These days, games aren''t the sort of thing you often see.
Im stoking and jumping my way toward the right side of the screenyknow, the typical side-scrolling platforming for the first ten minutes of American Arcadia. So, suddenly, Im a different character, from the first person. Huh.
Out of the Blue, a Madrid-based studio that broke onto the scene in 2020 with the Lovecraftian puzzle game Call of the Sea, continued to work relatively quietly until releasing a 30-second teaser for American Arcadia in April. This month, at the Tribeca Festival, I had a chance to play a hardware build. (Programming note: The demo crashed about 20 minutes in. This was the result, at least to my understanding, of a hardware issue.)
American Arcadia, which does not have a release date, but is now available on PC and consoles, isn''t a puzzle-platformer. Instead, it''s a puzzler and a platformer, set in a retro future inspired by the 70s, with an office worker describing his escape during the sessions. During these conversations, you navigate your way through a massive office building.
You see, just a few minutes in, a twist. Trevor isn''t working at a nondescript corporation. He''s an unwitting cast member on a reality TV show. (The Truman Show is an obvious comparison.) Trevor, who is reading between the lines, attempts to escape. The perspective then shifts, and you assume the role of Angela, a producer on the show.
It''s a lot to take in, and here''s a video breakdown:
We wanted something different; after learning this beautiful notion of escaping a TV show, we thought it [could] have one character inside the screen, according to Tatiana Delgado, the creative director of American Arcadias, who spoke to Kotaku. It made sense to differentiate them, and we wanted to get rid of them with a [memorandum."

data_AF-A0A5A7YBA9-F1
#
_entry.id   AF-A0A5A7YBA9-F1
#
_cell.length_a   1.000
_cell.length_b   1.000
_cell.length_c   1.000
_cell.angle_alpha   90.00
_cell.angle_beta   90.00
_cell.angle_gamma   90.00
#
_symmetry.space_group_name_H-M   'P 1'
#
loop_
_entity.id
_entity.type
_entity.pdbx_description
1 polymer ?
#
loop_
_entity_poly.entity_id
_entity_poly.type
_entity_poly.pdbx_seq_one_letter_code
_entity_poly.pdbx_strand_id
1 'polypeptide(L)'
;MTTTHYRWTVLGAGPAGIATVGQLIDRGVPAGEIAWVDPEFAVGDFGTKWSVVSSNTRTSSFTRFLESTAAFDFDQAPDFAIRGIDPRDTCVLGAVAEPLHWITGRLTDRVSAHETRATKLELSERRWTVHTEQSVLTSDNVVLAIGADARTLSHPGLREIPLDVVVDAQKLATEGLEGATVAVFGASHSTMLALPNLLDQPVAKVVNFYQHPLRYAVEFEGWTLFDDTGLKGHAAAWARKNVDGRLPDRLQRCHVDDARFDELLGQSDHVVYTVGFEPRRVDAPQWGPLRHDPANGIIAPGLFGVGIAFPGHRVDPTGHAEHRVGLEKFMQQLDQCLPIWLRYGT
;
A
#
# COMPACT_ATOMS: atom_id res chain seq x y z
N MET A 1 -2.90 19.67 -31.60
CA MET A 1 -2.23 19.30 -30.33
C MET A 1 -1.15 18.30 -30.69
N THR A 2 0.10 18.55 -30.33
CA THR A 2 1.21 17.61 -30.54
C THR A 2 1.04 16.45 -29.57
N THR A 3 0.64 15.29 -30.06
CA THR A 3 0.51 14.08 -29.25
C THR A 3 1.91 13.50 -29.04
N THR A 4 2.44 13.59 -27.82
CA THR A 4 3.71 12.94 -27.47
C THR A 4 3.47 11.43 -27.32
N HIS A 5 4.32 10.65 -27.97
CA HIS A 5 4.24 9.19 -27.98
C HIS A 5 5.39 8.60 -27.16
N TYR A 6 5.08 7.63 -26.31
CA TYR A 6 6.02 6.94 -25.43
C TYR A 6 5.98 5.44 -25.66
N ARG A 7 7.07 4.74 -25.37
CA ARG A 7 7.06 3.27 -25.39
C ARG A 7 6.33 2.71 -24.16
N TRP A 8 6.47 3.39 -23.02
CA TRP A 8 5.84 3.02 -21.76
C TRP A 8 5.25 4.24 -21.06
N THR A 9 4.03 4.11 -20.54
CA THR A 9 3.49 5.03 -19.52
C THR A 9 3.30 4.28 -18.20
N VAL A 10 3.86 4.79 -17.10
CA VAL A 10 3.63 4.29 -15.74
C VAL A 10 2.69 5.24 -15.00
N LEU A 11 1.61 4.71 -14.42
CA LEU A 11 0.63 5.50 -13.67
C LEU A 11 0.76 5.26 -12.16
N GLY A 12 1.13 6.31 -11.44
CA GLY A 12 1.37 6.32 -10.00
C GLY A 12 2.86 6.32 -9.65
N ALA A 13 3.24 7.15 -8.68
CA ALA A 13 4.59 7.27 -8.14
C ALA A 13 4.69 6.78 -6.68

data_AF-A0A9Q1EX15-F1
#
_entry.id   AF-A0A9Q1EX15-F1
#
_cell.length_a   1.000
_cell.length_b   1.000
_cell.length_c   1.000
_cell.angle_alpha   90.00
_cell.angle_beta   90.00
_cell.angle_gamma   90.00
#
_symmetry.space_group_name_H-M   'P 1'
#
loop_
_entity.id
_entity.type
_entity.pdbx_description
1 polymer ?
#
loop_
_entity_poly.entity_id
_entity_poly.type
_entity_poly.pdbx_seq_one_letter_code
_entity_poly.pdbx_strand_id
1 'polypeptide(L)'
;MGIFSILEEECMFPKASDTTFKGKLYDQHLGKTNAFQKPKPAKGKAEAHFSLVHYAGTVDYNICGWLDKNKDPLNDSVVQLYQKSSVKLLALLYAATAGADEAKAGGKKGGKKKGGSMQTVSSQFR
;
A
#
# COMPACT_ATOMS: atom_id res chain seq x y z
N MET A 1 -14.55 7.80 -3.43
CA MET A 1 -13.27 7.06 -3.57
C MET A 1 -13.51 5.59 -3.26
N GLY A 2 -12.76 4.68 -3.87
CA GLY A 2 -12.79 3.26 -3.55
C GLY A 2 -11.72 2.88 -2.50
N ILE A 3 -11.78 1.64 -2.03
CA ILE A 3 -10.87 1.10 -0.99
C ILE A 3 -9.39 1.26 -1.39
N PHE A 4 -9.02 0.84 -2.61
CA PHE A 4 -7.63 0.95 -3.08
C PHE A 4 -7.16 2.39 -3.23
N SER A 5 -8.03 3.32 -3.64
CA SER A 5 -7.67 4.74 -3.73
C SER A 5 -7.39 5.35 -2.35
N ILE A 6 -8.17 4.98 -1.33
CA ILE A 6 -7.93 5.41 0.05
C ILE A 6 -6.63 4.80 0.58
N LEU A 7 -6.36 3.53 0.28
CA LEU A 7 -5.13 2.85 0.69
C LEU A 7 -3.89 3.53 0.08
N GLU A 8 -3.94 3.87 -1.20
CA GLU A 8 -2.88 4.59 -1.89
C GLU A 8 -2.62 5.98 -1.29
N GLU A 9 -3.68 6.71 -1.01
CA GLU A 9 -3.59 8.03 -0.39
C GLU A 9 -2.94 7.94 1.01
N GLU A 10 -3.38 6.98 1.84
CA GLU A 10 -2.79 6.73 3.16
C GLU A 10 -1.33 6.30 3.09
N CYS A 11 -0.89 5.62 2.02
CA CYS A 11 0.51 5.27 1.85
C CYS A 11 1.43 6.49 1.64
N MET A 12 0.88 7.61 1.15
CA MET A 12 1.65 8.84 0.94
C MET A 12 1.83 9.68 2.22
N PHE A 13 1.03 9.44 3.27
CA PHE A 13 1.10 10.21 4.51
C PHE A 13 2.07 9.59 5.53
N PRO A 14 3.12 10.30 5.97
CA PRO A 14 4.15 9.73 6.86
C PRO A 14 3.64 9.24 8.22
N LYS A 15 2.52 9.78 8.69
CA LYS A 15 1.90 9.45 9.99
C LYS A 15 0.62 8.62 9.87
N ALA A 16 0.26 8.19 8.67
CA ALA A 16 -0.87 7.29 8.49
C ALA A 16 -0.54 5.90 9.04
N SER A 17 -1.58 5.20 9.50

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There are plenty of games that grapple with shifting perspectives. From Zelda II, Golgo 13: Top Secret, and The Legend of the Mystical Ninja, developers have experimented with designing games around such a strange lure. It may be, for a bit, a side-scrolling platformer. Then you''ll shift to a top-down view.
In modern games, this is far less common. (Yes, some tentpoles like Grand Theft Auto V and various Elder Scrolls entries allow you to play the game in both first and third-person situations, but that is only a feature, not a prerequisite to the core gameplay.) Ubisoft did it in 2013 with the pirate history sim Assassins Creed IV: Black Flag, which is also enhanced by a few exploration segments in a 2010s office building, all of which are played first-
For one thing, some game engines are the ones that developers used to make video games better. Those days, BioWares Mass Effect: Andromeda was spooked, partly because EA declared it to be developed on the DICE proprietary Frostbite engine. Despite this, games for two perspectives also require a flexible mindset and a slew of challenges.
Delgado declares that in a 2.5D game, you create a lot of things for a room that you can pass in 30 seconds. The biggest challenge is to create a production for a larger level that will be played in a shorter time.
As Trevor moved me to Angela and I sat down a bit. At a TV studio, I had to block out some cameras and break into a colleague''s office, where once I turned on the light, the game changed me back to Trevor, and I could actually see what I was doing and where I needed to go. It''s one area that I got to engage with twice.
Although American Arcadia is on the whole a bit less of a head-scratcher than Call of the Sea, puzzles become more complex later in the game. That, of course, is something that must be judged when the game arrives. (American Arcadia does not have a date yet.) But at the very least, it will feature something you rarely see these days.